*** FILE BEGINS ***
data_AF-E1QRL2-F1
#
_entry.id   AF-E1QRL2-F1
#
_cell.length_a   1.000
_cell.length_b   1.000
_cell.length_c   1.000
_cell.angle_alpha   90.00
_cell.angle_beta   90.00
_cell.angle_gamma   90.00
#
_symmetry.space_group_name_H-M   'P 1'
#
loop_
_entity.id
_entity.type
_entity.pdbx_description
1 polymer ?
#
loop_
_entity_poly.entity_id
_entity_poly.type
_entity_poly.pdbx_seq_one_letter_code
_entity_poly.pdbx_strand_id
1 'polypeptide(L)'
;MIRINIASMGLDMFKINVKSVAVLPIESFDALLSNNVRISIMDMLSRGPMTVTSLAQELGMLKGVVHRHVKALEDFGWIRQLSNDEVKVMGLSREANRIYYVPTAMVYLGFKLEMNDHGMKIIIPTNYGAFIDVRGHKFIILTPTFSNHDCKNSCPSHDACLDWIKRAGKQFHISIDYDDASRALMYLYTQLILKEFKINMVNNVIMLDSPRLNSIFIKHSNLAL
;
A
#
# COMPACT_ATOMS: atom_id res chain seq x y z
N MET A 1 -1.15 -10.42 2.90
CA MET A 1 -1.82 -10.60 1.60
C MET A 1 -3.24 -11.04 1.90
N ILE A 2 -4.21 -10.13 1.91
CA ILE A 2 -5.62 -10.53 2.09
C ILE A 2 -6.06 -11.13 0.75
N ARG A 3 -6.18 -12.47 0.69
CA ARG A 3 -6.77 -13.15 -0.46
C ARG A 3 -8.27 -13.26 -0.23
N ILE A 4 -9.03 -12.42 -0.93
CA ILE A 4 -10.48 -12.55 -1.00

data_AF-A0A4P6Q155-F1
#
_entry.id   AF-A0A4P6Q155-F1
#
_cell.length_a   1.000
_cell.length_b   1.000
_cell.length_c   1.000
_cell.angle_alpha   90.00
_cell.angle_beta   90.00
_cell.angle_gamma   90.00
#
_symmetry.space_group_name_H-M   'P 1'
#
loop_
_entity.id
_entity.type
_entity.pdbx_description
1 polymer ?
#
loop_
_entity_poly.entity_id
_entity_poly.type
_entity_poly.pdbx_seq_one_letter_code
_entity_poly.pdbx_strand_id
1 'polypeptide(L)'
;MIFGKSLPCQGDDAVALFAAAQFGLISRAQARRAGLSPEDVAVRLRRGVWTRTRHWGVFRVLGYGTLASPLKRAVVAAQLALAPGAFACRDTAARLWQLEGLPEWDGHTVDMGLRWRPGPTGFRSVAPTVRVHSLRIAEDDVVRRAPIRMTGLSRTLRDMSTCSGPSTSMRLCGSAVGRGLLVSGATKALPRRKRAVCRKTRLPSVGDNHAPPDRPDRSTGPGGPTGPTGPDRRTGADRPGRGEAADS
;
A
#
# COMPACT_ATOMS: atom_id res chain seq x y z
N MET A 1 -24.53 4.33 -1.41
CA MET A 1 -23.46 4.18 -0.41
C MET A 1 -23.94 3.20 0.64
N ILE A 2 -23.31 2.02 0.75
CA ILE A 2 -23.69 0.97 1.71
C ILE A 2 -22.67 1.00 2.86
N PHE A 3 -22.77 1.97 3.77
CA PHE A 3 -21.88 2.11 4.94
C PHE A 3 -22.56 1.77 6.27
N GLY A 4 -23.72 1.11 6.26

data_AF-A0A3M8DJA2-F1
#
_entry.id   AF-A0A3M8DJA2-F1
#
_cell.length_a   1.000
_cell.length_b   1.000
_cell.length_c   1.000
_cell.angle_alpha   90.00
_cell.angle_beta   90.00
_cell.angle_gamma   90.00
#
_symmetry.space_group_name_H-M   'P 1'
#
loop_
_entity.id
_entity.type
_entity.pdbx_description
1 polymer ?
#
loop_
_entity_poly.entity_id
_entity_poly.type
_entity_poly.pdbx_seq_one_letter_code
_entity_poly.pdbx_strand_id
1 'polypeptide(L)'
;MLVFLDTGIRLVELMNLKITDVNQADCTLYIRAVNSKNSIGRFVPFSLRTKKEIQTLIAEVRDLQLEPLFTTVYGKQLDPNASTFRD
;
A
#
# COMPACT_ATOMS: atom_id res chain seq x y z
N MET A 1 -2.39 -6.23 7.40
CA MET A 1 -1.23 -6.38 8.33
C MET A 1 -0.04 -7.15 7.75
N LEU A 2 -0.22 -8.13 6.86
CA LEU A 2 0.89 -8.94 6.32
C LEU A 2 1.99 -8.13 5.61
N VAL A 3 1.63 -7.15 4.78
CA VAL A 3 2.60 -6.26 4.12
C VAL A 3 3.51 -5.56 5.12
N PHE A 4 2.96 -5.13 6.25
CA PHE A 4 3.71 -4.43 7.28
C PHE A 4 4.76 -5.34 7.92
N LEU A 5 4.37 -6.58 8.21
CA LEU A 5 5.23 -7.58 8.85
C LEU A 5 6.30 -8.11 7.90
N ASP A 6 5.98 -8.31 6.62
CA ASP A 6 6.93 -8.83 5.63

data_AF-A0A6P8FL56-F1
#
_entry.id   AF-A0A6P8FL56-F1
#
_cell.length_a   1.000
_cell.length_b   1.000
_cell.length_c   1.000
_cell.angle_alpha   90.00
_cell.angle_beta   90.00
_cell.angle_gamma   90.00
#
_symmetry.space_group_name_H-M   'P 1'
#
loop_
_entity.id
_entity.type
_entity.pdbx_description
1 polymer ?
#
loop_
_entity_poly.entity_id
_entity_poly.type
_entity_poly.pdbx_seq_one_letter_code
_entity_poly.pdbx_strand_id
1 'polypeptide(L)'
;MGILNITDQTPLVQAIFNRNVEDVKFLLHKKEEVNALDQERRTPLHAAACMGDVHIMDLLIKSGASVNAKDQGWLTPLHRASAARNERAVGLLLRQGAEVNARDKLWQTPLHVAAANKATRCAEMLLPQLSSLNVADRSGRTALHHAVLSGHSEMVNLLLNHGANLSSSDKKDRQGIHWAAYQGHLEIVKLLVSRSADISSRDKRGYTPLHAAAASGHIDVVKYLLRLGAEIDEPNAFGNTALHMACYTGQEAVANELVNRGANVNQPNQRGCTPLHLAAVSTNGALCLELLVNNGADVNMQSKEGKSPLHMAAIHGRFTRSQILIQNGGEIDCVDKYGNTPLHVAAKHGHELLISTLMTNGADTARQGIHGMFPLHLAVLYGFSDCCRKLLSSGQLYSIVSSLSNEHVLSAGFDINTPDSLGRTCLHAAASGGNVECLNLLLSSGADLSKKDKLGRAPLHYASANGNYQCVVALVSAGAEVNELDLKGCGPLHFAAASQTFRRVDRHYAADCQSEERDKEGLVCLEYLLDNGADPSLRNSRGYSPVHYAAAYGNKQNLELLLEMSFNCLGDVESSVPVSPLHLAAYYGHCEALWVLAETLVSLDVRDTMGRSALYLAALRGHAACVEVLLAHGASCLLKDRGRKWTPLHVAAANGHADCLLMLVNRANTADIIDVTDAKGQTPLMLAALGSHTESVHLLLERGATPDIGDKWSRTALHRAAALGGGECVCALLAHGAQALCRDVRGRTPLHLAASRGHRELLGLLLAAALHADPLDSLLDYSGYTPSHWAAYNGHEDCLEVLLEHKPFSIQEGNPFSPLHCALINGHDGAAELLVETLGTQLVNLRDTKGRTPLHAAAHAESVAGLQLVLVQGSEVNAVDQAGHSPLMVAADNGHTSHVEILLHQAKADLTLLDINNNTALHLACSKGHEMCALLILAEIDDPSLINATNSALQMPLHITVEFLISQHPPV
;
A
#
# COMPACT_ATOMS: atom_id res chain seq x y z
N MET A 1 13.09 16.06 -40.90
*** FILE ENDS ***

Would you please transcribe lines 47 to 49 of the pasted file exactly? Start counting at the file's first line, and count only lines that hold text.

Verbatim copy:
_cell.length_b   1.000
_cell.length_c   1.000
_cell.angle_alpha   90.00